The role of surgery for patients with metastatic melanoma.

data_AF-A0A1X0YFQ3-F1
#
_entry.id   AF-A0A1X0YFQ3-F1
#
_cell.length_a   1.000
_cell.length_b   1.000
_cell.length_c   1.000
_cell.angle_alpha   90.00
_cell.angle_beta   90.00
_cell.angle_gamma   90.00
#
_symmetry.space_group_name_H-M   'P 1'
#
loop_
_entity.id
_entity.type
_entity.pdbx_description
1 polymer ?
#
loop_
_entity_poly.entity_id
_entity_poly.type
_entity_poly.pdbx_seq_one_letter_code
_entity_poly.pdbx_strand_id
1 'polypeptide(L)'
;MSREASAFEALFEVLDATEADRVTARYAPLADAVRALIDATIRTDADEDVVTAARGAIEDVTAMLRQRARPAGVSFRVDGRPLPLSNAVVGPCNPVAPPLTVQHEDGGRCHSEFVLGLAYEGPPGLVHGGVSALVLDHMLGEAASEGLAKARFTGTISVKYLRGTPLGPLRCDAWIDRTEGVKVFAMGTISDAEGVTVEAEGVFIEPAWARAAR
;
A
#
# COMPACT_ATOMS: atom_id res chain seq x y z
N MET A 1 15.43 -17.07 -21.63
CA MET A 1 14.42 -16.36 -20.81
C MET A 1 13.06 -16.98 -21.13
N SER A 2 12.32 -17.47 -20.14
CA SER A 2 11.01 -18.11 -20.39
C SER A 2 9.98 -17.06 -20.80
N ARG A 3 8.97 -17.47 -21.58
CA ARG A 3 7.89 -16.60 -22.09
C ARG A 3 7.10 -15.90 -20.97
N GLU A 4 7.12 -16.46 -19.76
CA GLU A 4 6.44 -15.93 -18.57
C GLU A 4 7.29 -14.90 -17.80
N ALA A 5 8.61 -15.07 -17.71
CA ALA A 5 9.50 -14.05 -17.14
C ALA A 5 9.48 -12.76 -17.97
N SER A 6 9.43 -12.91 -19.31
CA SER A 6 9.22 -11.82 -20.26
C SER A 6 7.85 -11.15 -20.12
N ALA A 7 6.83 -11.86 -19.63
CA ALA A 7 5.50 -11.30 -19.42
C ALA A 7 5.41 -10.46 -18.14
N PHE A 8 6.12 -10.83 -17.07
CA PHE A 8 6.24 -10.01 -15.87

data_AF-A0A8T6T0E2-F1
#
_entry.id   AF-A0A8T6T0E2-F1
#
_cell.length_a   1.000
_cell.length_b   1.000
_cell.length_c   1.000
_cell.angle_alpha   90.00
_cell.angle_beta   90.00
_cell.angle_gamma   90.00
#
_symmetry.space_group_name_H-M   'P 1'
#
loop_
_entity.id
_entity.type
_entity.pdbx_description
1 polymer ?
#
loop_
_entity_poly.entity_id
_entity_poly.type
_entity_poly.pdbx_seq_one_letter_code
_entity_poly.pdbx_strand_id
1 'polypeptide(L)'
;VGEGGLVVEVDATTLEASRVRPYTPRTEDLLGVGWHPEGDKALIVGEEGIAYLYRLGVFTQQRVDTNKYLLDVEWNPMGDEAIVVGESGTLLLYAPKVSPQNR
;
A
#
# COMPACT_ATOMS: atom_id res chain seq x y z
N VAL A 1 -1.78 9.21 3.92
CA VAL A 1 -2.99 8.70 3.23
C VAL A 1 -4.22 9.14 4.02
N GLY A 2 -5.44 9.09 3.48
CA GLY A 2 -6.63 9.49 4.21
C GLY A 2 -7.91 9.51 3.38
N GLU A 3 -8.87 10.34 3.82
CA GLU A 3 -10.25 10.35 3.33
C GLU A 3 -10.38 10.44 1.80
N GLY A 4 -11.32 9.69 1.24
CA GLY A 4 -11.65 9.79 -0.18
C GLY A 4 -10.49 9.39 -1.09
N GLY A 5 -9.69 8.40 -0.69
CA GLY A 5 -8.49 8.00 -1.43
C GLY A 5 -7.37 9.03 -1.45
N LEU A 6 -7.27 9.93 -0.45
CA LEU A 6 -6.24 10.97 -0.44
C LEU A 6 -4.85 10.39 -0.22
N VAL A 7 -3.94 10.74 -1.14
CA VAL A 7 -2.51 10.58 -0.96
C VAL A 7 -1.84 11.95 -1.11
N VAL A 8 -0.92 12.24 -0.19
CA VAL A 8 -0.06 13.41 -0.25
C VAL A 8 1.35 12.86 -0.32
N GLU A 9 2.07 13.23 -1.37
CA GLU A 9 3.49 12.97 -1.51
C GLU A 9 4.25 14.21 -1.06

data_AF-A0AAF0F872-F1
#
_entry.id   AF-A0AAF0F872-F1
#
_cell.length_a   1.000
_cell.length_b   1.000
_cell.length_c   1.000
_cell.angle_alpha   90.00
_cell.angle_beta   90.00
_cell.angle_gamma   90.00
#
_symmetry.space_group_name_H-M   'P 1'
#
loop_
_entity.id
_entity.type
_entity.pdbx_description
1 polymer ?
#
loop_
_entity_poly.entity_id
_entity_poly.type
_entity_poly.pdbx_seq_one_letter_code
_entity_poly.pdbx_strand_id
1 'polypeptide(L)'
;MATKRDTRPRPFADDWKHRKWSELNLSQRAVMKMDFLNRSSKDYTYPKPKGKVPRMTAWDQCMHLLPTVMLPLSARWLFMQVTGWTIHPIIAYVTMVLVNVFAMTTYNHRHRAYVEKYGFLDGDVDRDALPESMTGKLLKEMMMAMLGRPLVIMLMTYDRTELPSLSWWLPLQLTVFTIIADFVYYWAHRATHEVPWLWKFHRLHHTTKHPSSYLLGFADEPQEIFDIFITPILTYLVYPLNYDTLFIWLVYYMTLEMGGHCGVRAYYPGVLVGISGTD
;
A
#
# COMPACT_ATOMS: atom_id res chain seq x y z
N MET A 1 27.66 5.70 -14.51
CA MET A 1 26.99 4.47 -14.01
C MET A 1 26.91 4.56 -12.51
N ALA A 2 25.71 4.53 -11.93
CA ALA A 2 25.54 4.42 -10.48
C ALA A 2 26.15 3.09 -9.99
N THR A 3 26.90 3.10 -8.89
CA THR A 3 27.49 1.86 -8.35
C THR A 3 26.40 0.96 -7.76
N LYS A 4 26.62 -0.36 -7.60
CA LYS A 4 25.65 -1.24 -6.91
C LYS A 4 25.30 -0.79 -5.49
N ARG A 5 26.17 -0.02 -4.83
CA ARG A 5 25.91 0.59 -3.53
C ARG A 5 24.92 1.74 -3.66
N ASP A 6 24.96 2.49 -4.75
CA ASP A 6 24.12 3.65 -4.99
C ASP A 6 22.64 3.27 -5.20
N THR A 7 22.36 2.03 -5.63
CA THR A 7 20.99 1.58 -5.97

When deciding to perform a resection for metastatic melanoma one should first decide whether the intent of the procedure is curative or palliative. When the resection is palliative, the success of surgical treatment will depend on the presence of identifiable symptoms, the morbidity of the procedure, the course of the disease, and the ability to communicate the treatment goals among surgeon, patient, and family. When the resection is curative, survival will depend on the ability of the surgeon to select patients with a pattern of recurrence suggestive of less aggressive tumor biology. Factors generally found predictive of improved survival, and therefore reflective of tumor biology, include longer disease-free interval, fewer numbers of metastases, and the ability to obtain a complete resection. Resection of metastases in patients who recur within one-year, who present with multiple lesions, and who present with disease that cannot be completely resected, will not result in long-term survival.
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